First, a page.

The Nathan Hale Veterans Outreach Centers 
Plymouth and Middleboro

 Nathan Hale Veterans Centers President Chris

       Hart is the OCM's 2014 Person of the Year

Hart made a mammoth sacrifice to serve those who sacrificed 

for our country. 

He is always quick to say that his sacrifices are

nothing compared to those of veterans. 


 Nathan Hale Outreach Centers President and Founder Christopher Hart is the Old Colony Memorial 2014 Person of Year.

 By Emily Clark

PLYMOUTH - Looking back, Christopher Hart can find so many military icons and figures in his ancestral chart that there isn’t time for him to chronicle them all.

He might begin with the Civil War, and mention in passing that one of his ancestors was an abolitionist. Another served in World War II and yet another fought in the Revolutionary War. He can even go higher in his family tree and find more military figures serving in European wars so long ago it’s hard to believe there is so much documentation about them. Hart has pinpointed them all, and said this tree of self-sacrifice and dedication to one’s country is simply in his blood, so it’s really no wonder the branches of his own life took the turn they did in 2001.

Hart was working in quality control for a printing supply company, logging frequent-flyer miles as he traveled all over the United States, when the bottom fell out of his world. This former bat boy for the California Angels said he can remember Sept. 11, 2001 as if it were yesterday. He had tried to enlist in the military when he was 18, but didn’t pass the physical. He was pronounced healthy but a minor issue prevented him from making the cut – a massive blow to a guy determined to honor the blood his ancestors had spilled for their country. Now, terrorists were infiltrating his beloved country.

What to do?

Hart remembered his grandmother, who lost her 23-year-old husband during World War II and continued to work tirelessly at the war office, and he formulated a plan. If he couldn’t serve in the military, he would serve the military at home. America’s Hometown and, indeed, the whole region, had no veterans outreach center, so Hart decided to open one, little knowing he’d just embarked upon an incredibly difficult journey that would carry him through some of the darkest nights of his life.

He quit his job and blew through his retirement funds researching how to open a nonprofit veterans outreach center. He asked for support from politicians and officials and gave veterans free rides to their V.A. hospital appointments. The money had already run out when Hart realized how hard this was actually going to be.

A number of downtown merchants and some officials didn’t want a veterans center in America’s Hometown and expressed concern that homeless vets would suddenly be set loose on the Plymouth streets. A waiting game ensued, one of the cruelest Hart could ever imagine. He learned that bets had been laid he wouldn’t make it through the summer and that this idea of his would die. They were going to wait him out. The gamblers didn’t realize that Hart, like his ancestors, was tough and would outlast their doubt.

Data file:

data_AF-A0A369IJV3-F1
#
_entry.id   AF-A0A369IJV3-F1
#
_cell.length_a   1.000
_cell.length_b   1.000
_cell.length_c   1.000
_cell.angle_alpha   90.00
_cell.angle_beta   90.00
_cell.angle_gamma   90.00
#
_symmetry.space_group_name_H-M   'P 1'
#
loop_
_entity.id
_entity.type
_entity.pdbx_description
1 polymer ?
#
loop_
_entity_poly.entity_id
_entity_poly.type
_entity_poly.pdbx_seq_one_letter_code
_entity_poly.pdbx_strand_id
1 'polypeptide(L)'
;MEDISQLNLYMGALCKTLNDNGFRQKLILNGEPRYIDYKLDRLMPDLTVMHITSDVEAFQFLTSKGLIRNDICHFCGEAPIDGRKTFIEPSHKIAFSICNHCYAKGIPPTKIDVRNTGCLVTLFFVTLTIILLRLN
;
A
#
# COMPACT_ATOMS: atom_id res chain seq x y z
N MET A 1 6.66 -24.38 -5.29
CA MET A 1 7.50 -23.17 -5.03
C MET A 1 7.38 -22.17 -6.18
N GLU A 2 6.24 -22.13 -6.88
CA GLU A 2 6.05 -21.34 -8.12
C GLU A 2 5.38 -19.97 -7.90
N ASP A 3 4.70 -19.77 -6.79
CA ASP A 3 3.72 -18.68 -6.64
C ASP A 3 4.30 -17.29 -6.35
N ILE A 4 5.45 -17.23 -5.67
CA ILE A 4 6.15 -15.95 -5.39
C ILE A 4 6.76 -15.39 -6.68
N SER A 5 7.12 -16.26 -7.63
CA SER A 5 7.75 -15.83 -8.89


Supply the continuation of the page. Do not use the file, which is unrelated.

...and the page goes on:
He worked harder, but he was hungry. He was out of cash and had lost 35 pounds. His teeth were falling out from malnutrition and he was living in his van. Brennan’s Smokeshop’s owner and developer Kevin Craffey gave him some money, and his landlord, who found Hart sleeping in the van, told him to sleep in his office while he waited for state funding.

And like a miracle, it came. Hart had been transformed into a gaunt shadow of the man he had been and he was barely making it through the day when he learned that the efforts of Rep. Tom Calter, D-Kingston, and Senate President Therese Murray, D-Plymouth, had turned the tide.

Today, Nathan Hale Veterans Outreach Centers offers free rides to medical appointments to veterans who need them, a food pantry, gently used second-hand clothing, art therapy and yoga, bicycles and the oh-so-crucial counseling, provided by one of Hart’s personal heroes, David Stone.

Nathan Hale has a zero percent suicide rate with the veterans it serves, and the center now has two offices – one at 34 Main Street Extension, Suite 204, in Plymouth and another at 260 Centre St. in Middleboro. And even more services for veteran are on the way, thanks to the guy who refused to give up.

Hart made a mammoth sacrifice to serve those who sacrificed for our country. He is always quick to say that his sacrifices are nothing compared to those of veterans.

The Old Colony Memorial is honored to name him as the paper's 2014 Person of the Year.

Follow Emily Clark on Twitter @emilyOCM.